Twitter has suspended an additional 235,000 terrorist-related accounts in its ongoing efforts to combat violent extremism online, the social network said in a blog post Thursday.
The move comes more than six months after Twitter said it had suspended more than 125,000 accounts linked to terrorism since mid-2015, bringing the overall total of deactivated accounts to about 360,000.
"Since that announcement, the world has witnessed a further wave of deadly, abhorrent terror attacks across the globe," Twitter said. "We strongly condemn these acts and remain committed to eliminating the promotion of violence or terrorism on our platform."
Twitter also said while there is no single "magic algorithm" for identifying terrorist content online, it is using tools to identify abuse and those promoting terrorism. The social network also said its suspension rate is up 80 percent since last year, including spikes in suspensions immediately following terrorist attacks.
The Anti-Defamation League said in a statement Thursday Twitter has set the right tone in "the fight against nefarious content on its platform."
"By suspending accounts that have regularly promoted terror and other deeply troubling content, Twitter has taken an important step forward in combating cyberhate," ADL CEO Jonathan Greenblatt said. "We welcome Twitter's announcement as another significant step in the effort to remove the most horrendous content from mainstream platforms and limit its reach."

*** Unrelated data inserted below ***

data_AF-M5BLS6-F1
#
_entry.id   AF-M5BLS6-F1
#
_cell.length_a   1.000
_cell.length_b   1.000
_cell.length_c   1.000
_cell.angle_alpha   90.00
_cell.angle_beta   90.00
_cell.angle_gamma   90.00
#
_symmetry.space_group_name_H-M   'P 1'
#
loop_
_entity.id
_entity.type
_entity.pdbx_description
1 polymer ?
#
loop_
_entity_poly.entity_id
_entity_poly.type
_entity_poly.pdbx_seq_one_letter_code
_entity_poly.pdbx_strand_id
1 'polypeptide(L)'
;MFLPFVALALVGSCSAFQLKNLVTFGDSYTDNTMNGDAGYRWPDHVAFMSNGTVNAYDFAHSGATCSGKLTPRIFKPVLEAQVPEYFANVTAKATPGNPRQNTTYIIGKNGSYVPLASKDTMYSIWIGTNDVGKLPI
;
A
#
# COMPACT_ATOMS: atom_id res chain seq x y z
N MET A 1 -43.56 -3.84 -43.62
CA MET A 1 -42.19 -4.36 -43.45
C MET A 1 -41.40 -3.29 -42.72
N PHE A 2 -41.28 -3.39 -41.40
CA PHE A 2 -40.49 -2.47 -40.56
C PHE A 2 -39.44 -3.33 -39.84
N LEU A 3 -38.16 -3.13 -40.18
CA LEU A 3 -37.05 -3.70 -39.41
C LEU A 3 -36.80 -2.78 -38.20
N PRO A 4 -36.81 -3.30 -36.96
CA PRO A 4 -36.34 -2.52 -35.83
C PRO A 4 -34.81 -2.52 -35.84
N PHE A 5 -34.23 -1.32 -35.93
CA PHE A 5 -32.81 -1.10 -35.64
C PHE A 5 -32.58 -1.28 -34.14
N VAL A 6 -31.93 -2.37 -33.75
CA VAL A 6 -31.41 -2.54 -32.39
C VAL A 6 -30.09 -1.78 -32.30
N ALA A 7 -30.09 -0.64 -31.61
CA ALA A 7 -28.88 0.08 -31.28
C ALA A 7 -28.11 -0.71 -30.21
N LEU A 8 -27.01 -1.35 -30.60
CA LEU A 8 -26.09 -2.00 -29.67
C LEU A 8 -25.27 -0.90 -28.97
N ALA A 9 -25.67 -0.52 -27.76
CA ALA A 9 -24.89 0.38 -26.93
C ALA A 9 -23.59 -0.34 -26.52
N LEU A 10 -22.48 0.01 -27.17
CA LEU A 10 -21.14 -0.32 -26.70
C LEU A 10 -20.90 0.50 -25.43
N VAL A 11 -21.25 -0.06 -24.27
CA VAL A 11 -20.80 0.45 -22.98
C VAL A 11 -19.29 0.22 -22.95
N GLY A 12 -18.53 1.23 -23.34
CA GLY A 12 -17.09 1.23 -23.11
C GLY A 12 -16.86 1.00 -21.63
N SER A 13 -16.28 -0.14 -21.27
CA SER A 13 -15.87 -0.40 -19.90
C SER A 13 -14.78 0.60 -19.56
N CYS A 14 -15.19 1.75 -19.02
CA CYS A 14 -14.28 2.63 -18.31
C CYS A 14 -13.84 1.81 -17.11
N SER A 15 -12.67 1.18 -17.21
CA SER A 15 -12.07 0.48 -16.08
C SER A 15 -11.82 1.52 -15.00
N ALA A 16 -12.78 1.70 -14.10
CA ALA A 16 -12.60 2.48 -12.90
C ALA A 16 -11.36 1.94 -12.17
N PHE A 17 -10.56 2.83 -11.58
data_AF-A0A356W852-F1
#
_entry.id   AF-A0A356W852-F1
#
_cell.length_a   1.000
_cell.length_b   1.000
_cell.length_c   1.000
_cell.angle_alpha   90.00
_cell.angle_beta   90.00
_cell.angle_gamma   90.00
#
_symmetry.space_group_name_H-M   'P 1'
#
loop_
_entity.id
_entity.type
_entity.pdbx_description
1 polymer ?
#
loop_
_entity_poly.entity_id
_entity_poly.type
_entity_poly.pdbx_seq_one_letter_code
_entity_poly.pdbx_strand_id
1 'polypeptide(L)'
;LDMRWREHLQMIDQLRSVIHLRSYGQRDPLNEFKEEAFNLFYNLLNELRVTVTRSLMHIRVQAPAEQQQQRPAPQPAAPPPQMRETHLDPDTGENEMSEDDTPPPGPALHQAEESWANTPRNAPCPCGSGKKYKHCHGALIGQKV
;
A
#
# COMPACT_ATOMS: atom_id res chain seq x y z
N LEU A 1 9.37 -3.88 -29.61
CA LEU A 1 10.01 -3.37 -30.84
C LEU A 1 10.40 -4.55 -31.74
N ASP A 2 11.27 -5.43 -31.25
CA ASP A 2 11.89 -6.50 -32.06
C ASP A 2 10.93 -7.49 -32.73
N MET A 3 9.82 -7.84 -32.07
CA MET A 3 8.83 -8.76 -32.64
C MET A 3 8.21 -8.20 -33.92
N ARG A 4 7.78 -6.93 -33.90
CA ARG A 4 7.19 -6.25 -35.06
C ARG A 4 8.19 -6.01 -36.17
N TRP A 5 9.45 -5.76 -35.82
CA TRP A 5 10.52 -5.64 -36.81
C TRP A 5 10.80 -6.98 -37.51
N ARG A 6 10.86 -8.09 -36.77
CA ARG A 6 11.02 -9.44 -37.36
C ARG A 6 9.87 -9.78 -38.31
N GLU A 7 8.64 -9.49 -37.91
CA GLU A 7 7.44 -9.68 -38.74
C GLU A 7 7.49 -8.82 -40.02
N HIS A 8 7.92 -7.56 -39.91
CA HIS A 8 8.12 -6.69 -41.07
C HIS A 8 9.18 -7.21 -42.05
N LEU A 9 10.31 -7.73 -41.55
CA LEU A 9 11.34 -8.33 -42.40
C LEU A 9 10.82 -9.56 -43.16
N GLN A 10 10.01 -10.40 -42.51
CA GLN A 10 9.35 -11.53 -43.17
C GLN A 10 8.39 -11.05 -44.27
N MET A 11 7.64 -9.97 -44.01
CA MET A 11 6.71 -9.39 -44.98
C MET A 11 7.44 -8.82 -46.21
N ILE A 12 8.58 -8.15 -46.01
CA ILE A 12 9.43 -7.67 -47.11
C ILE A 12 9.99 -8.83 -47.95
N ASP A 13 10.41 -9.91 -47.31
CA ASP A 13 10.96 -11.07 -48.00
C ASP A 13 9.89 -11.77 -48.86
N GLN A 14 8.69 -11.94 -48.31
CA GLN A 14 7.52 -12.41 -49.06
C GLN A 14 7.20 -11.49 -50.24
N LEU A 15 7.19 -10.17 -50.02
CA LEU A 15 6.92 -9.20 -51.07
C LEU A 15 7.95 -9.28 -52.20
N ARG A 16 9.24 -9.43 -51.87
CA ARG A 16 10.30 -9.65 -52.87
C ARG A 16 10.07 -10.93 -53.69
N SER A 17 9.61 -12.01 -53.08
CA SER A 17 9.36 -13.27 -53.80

Another observer, noted human rights leader Rabbi Abraham Cooper of the Simon Weisenthal Center in Los Angeles said Thursday he agrees with Twitter's move. He calls it a very important development in the social network's attempt to cease being "global terrorists' weapon of choice" in promoting violence.
"This won't be the end of the problem, but Twitter is showing us again it is very serious about dealing with the problem," he said.
Thursday's announcement also comes after a federal judge ruled last week Twitter could not be held responsible for the activities of terrorist groups on the platform, including ISIS.
Updated at 5:15 p.m. PT: Adds comments from human rights organization leaders.